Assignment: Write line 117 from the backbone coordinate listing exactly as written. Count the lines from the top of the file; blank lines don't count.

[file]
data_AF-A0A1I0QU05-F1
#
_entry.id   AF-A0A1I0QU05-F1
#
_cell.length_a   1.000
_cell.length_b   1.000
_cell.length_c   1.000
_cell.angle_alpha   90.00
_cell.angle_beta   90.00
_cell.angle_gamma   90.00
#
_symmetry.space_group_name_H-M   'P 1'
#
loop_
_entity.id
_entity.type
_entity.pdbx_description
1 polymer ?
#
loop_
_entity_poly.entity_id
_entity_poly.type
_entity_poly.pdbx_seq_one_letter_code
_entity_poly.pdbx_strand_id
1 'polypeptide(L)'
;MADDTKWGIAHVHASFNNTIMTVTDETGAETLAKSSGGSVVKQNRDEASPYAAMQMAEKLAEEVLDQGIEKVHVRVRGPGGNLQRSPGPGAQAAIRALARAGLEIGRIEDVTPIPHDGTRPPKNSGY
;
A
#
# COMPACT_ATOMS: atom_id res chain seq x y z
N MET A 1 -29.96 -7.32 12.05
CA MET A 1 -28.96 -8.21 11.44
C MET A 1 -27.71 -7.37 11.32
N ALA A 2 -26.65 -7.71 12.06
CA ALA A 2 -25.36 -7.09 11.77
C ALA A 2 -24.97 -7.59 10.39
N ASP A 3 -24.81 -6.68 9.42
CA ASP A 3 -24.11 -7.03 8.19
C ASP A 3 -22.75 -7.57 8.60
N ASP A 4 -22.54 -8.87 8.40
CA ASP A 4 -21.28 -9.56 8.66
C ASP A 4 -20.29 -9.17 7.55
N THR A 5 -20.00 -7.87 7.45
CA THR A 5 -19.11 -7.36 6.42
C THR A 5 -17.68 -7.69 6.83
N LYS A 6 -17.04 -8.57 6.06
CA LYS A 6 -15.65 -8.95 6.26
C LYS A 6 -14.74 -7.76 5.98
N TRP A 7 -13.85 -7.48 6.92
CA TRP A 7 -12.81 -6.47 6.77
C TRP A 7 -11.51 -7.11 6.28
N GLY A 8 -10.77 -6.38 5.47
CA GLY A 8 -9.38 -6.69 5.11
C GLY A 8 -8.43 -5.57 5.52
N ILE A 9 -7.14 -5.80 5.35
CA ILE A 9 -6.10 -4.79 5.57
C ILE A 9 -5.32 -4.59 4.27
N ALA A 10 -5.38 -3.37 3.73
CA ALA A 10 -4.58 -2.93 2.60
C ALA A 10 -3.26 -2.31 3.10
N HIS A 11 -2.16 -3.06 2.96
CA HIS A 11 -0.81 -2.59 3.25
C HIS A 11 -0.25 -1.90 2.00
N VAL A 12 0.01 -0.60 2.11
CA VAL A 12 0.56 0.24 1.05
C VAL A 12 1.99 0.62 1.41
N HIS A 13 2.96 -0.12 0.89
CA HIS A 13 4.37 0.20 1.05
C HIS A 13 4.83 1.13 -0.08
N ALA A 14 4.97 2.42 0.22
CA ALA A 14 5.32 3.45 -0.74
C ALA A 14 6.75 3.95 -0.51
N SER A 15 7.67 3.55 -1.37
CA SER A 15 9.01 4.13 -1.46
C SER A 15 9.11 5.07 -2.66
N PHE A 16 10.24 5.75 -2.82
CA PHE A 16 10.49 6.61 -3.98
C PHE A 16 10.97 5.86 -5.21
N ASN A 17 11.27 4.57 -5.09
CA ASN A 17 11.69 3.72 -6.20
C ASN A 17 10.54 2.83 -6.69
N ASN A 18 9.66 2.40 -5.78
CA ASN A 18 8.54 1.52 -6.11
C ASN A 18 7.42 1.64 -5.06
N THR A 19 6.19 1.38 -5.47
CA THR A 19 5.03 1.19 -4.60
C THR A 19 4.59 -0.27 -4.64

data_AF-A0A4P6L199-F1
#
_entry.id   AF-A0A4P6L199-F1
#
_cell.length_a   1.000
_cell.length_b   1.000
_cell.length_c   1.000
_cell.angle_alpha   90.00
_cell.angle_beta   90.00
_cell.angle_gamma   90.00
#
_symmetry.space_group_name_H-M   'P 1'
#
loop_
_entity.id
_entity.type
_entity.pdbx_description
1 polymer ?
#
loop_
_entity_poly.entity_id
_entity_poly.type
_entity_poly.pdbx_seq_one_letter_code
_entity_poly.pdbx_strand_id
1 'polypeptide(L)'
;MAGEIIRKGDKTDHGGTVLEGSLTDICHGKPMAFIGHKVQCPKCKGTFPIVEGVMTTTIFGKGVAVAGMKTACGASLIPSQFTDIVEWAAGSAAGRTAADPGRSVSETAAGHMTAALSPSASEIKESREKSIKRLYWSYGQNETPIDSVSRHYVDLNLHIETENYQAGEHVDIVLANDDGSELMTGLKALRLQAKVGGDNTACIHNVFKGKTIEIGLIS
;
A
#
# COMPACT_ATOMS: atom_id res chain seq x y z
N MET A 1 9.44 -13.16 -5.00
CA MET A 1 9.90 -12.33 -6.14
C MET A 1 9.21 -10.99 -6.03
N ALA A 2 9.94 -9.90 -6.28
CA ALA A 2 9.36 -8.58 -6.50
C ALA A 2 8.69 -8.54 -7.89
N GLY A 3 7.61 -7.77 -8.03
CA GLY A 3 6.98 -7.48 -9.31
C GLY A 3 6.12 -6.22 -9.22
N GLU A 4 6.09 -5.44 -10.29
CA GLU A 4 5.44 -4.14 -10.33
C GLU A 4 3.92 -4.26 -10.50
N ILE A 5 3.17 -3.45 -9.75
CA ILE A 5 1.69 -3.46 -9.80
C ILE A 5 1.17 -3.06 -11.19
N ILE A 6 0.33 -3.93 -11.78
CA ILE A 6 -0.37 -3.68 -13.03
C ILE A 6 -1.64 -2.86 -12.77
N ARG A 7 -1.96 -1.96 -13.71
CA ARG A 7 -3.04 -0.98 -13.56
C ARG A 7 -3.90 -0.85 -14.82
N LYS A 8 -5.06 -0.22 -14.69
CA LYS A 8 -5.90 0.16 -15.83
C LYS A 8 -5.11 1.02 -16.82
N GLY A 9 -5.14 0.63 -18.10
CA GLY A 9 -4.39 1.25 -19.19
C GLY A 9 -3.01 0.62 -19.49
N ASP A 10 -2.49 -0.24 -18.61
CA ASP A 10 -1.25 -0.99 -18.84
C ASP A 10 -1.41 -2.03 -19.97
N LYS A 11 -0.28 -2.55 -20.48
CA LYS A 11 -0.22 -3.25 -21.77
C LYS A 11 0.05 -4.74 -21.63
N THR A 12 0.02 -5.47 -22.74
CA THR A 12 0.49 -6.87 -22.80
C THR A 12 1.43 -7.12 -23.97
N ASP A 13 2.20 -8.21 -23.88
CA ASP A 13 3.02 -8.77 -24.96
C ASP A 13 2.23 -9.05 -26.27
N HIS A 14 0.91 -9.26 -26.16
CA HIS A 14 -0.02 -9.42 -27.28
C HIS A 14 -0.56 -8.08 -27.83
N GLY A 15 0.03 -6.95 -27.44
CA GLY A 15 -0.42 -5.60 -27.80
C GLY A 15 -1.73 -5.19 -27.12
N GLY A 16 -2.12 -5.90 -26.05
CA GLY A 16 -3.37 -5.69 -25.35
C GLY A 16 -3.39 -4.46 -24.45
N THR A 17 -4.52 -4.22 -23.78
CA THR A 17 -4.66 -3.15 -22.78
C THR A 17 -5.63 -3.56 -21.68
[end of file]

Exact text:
# COMPACT_ATOMS: atom_id res chain seq x y z